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Cluj, the new centre of Europe?

Setting up shop in Romania: not really a self-evident move for a young tech company. And yet—one year after the fact—we couldn't be happier with our office there. The traditional idea one might have of Romania certainly doesn't apply to Cluj. Discover how this city in Transylvania grew into one of Europe's biggest tech hubs in no time at all.

In April, we celebrated the first birthday of our office in Cluj-Napoca (commonly known as Cluj), Romania. In its first year, the team there grew from five to fifteen people. No wonder: this Romanian city is developing at a breakneck pace, perfect for an innovative tech company. A while ago, we wrote about what sides of Belgium appeal to our Romanian team. But isn't it about time we discovered the new centre of Europe?

Fountain in Cluj
Fireworks in Cluj

European Silicon Valley

Cluj is sometimes dubbed the European Silicon Valley. It's in Transylvania, in the northwest of Romania. The past fifteen years, things have been moving quickly for Cluj. Now, it boasts over 300 tech companies and more than 11,000 people working in the tech industry. In addition, the historical city centre houses 11 universities getting the young talent trained and ready. The housing market is skyrocketing (50% growth compared to last year) and initiatives for young people and huge festivals are popping up all over the place. Cluj is booming, which was also noticed by Wall Street Journal.

If we ask developer Ionut how he feels about Cluj, he doesn't need many words: “the best city in the world. Even though I come from a village that's only 150 kilometres away, Cluj is really something else. You can find anything here, in such a small area. No, I never want to leave." His colleague Vladimir concurs: "In Cluj, there's an enormous group of young, motivated developers. We're constantly pushing the envelope. It's fantastic to be living here right now." Cluj's gigantic potential is also getting noticed internationally: in the past few years, the city won such prizes as “The Capital of Tolerance" (2014 – Eurostat) and “European Youth Capital" (2015 – European Youth Forum).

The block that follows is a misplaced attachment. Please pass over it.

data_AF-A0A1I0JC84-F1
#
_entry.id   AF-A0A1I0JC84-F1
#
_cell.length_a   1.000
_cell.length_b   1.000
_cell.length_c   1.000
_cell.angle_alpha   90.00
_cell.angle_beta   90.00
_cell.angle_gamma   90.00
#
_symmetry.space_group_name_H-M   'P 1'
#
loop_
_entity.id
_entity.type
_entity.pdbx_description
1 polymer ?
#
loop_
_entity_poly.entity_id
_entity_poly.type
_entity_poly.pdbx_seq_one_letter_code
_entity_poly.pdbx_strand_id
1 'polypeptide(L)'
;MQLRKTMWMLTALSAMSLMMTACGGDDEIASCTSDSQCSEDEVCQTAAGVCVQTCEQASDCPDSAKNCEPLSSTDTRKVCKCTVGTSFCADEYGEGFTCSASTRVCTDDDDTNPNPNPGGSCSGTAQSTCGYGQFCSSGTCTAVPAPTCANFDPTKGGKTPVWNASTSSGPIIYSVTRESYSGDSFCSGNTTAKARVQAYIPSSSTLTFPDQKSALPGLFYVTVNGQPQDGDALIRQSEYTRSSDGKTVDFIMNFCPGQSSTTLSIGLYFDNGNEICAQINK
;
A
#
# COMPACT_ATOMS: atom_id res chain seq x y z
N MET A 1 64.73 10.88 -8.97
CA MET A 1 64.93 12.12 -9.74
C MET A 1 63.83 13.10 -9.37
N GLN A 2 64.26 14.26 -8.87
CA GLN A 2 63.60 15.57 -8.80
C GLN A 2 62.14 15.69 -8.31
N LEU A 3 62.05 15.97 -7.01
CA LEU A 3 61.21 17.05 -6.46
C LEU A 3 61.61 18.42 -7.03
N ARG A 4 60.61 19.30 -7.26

Capital of courtesy

Even though everything in Cluj is all about progress, fortunately our colleagues are sticking to one great tradition. Software Manager Andrei tells us spring is all about women. On Valentine's Day, female colleagues get flowers as a surprise. Ten days later, there's the Romanian version of Valentine's Day, Dragobete. That day, men often give women a small present. And in March, there's International Women's Day. “We got flowers and lunch again," says our test lead Andreea, beaming. “There are 5 women and 10 men in our office, so we're a minority, but we don't mind at all!"

The new Tomorrowland

And Cluj has even more up its sleeve: since 2015, people organise Untold, a music festival which, that very year, dethroned Tomorrowland and Sziget as the best festival in Europe. “You can easily compare it to Tomorrowland," say both Andrei and Ionut, proud. This year, the festival is expecting a quarter of a million visitors. And you know what? A ticket costs about a hundred euros—no big deal, you might think, that's the same price as Tomorrowland—but here, it's for four days. Electric Castle, a festival that takes place in and around a castle on the outskirts of town, also comes heartily recommended. And here, too, the headliners aren't half bad! It's obvious, Cluj likes a party.

And that's awfully convenient: so do our Belgian colleagues. They're all champing at the bit to discover Cluj. Who knows, this summer all of us may be dancing together to the beats of the Romanian Tomorrowland.